Wednesday, September 16, 2009

ARRR! Pirate Week Sails On!

Everyone was counting on me. But no matter how I pushed or pulled, I couldn't get the knot to budge.

"Shiver me timbers, what's taking so long! Can't ye rats just chew through the rope?" Rotten Tooth growled.

Inna held her stomach and gagged. "Yuck! That slimy rope probably tastes even worse than sea slugs."

Vicky made a grumpy face. "Well it probably tastes better than icky sicky fish eggs," she huffed.

Aaron interrupted their bickering. He leaned in between them and rolled his eyes at Rotten Tooth. "Arrr! We wouldn't have to chew it if Rotten Head let us have swords," he said.  Pirate School #3: Attack on the High Seas page 54

There's more to learn about being a pirate than just mastering their speech. Ye must be fluent in their piratey ways as well. That's what Pete and his friends are doing at Pirate School, becoming shipshape shipmates. 

Several pirate rules are demonstrated in the above passage. 

1. Pirate kids never ever get real swords...especially hyper jumpy pirate kids like Aaron. And by their nature, most pirate kids are a little more hyper-active than the average half-pint. Sharp objects...not a good idea.

2. It's never recommended to refer to yer fearsome, green-bearded Pirate teacher by an insult (Rotten Tooth will not take lightly to being called Rotten Head, that's just unacceptable). There is always a penalty to pay. That penalty most likely involves swabbing decks or washing dishes.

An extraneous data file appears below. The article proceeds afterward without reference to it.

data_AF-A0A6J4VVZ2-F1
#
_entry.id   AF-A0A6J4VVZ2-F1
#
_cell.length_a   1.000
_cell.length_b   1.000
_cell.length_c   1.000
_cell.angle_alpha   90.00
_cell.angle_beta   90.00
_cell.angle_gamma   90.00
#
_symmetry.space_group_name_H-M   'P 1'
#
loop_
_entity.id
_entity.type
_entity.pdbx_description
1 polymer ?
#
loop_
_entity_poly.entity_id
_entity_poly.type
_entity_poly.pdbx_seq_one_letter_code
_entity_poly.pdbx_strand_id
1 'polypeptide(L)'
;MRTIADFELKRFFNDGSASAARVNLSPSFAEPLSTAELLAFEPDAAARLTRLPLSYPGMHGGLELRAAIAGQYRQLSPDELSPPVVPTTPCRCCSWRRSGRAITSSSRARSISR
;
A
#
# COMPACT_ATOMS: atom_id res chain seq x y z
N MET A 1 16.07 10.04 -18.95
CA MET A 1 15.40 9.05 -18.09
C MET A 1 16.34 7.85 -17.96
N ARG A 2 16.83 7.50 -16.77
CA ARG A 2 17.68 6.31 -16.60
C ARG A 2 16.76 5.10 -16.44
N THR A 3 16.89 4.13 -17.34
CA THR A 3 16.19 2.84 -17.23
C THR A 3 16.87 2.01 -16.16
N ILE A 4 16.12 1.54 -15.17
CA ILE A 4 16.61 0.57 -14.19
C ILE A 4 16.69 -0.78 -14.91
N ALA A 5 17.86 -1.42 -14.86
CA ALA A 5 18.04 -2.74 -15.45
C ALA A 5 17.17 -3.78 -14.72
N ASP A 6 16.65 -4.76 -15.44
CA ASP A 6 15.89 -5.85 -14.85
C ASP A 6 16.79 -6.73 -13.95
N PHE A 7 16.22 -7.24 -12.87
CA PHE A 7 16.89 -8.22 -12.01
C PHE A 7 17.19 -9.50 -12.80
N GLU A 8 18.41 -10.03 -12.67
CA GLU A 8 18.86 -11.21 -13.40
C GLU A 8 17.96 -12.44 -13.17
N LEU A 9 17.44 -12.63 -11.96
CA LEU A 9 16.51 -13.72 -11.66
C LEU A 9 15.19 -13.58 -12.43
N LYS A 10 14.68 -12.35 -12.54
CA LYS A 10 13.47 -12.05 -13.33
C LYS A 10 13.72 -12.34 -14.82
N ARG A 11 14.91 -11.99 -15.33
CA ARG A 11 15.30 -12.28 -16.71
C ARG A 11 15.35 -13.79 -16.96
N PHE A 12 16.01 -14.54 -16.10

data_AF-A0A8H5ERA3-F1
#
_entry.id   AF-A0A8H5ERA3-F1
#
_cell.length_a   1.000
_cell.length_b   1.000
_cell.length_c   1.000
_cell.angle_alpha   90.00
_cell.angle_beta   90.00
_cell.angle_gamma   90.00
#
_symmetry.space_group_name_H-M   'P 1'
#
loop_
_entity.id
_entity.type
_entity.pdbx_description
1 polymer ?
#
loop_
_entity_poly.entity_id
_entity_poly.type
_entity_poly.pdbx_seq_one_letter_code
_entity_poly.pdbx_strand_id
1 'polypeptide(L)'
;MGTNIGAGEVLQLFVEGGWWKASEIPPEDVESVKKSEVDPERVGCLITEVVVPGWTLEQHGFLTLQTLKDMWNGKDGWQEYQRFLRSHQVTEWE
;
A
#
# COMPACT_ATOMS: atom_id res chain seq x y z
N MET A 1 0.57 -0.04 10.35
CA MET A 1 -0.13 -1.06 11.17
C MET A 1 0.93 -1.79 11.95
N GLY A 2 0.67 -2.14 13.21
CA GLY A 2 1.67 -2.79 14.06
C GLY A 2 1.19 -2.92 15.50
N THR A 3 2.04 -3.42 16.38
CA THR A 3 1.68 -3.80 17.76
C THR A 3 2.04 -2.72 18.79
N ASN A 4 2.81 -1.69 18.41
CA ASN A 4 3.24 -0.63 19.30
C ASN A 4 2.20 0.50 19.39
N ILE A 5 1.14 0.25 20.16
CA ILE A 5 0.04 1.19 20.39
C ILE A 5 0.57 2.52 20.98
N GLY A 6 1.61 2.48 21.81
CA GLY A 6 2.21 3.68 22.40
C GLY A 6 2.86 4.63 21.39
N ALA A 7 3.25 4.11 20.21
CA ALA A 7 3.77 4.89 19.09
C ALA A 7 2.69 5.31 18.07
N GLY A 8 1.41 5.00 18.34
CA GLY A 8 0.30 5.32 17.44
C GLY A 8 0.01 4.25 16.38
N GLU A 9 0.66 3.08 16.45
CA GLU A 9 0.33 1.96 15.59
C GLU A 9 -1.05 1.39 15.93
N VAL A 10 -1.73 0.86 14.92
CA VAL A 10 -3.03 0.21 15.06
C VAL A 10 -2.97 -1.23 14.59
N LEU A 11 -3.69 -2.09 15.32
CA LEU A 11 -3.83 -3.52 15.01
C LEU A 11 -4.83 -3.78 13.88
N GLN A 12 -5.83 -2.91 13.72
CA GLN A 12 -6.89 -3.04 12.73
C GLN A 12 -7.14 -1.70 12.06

3. And this is a biggy...There is absolutely nothing as nasty stinking, foul-tasting, and utterly belly squirming, or squirmy in belly as Sea Slugs. Be it Sea Slug Cereal, Sea Slug Cookies, or Sea Slug Slop. As you can tell from Jennifer's perfect illustration, Inna (the cleanest pirate on the sea) hates them more than anyone. 

If there's one thing that kids find frustrating, be it real kids or pirate kids, is following soooo many rules. But another thing that's for sure is that no matter what they are learning, rules won't ever get in the way of fun and adventure. I've always believed that learning should never be so strict. There needs to be freedom in the process and that's one of the ideas that I hope these books incorporate. 

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